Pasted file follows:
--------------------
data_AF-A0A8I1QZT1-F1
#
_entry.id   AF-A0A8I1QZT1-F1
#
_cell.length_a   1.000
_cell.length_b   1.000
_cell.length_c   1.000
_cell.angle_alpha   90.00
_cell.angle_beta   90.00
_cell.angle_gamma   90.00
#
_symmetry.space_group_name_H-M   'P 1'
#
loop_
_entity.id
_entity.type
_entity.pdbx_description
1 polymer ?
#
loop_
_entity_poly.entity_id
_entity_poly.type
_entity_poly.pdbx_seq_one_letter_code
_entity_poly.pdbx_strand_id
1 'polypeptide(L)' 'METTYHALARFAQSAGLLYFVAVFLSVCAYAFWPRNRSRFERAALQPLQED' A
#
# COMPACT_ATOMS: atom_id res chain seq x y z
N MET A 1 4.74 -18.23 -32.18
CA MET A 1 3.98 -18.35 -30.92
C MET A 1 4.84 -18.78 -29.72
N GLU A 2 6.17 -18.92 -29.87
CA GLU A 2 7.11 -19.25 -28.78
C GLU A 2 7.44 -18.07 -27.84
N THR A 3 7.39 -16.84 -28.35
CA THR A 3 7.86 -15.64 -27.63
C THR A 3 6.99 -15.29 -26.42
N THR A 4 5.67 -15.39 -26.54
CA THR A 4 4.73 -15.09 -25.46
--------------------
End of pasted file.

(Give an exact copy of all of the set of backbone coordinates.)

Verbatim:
data_AF-A0A8I1QZT1-F1
#
_entry.id   AF-A0A8I1QZT1-F1
#
_cell.length_a   1.000
_cell.length_b   1.000
_cell.length_c   1.000
_cell.angle_alpha   90.00
_cell.angle_beta   90.00
_cell.angle_gamma   90.00
#
_symmetry.space_group_name_H-M   'P 1'
#
loop_
_entity.id
_entity.type
_entity.pdbx_description
1 polymer ?
#
loop_
_entity_poly.entity_id
_entity_poly.type
_entity_poly.pdbx_seq_one_letter_code
_entity_poly.pdbx_strand_id
1 'polypeptide(L)' 'METTYHALARFAQSAGLLYFVAVFLSVCAYAFWPRNRSRFERAALQPLQED' A
#
# COMPACT_ATOMS: atom_id res chain seq x y z
N MET A 1 4.74 -18.23 -32.18
CA MET A 1 3.98 -18.35 -30.92
C MET A 1 4.84 -18.78 -29.72
N GLU A 2 6.17 -18.92 -29.87
CA GLU A 2 7.11 -19.25 -28.78
C GLU A 2 7.44 -18.07 -27.84
N THR A 3 7.39 -16.84 -28.35
CA THR A 3 7.86 -15.64 -27.63
C THR A 3 6.99 -15.29 -26.42
N THR A 4 5.67 -15.39 -26.54
CA THR A 4 4.73 -15.09 -25.46